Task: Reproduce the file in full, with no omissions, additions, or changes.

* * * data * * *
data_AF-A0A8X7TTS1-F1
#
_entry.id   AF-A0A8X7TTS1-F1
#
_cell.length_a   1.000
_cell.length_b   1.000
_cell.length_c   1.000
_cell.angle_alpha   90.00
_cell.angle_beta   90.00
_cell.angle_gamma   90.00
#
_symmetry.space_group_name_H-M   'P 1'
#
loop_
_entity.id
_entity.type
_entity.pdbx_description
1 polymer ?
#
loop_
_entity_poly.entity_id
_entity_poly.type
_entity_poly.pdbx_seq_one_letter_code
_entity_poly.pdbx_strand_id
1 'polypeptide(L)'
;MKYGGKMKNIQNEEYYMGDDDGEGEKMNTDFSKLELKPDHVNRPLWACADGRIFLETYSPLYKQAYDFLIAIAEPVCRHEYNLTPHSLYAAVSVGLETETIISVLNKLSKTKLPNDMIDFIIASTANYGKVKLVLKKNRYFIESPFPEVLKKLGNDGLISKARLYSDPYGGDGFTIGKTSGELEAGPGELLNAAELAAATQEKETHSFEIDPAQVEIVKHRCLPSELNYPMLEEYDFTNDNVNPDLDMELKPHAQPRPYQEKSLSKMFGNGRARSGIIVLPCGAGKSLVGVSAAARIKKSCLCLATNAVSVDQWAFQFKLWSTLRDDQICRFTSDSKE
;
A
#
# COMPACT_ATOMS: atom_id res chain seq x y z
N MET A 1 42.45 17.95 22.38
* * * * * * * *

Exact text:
data_AF-A0A8X7TTS1-F1
#
_entry.id   AF-A0A8X7TTS1-F1
#
_cell.length_a   1.000
_cell.length_b   1.000
_cell.length_c   1.000
_cell.angle_alpha   90.00
_cell.angle_beta   90.00
_cell.angle_gamma   90.00
#
_symmetry.space_group_name_H-M   'P 1'
#
loop_
_entity.id
_entity.type
_entity.pdbx_description
1 polymer ?
#
loop_
_entity_poly.entity_id
_entity_poly.type
_entity_poly.pdbx_seq_one_letter_code
_entity_poly.pdbx_strand_id
1 'polypeptide(L)'
;MKYGGKMKNIQNEEYYMGDDDGEGEKMNTDFSKLELKPDHVNRPLWACADGRIFLETYSPLYKQAYDFLIAIAEPVCRHEYNLTPHSLYAAVSVGLETETIISVLNKLSKTKLPNDMIDFIIASTANYGKVKLVLKKNRYFIESPFPEVLKKLGNDGLISKARLYSDPYGGDGFTIGKTSGELEAGPGELLNAAELAAATQEKETHSFEIDPAQVEIVKHRCLPSELNYPMLEEYDFTNDNVNPDLDMELKPHAQPRPYQEKSLSKMFGNGRARSGIIVLPCGAGKSLVGVSAAARIKKSCLCLATNAVSVDQWAFQFKLWSTLRDDQICRFTSDSKE
;
A
#
# COMPACT_ATOMS: atom_id res chain seq x y z
N MET A 1 42.45 17.95 22.38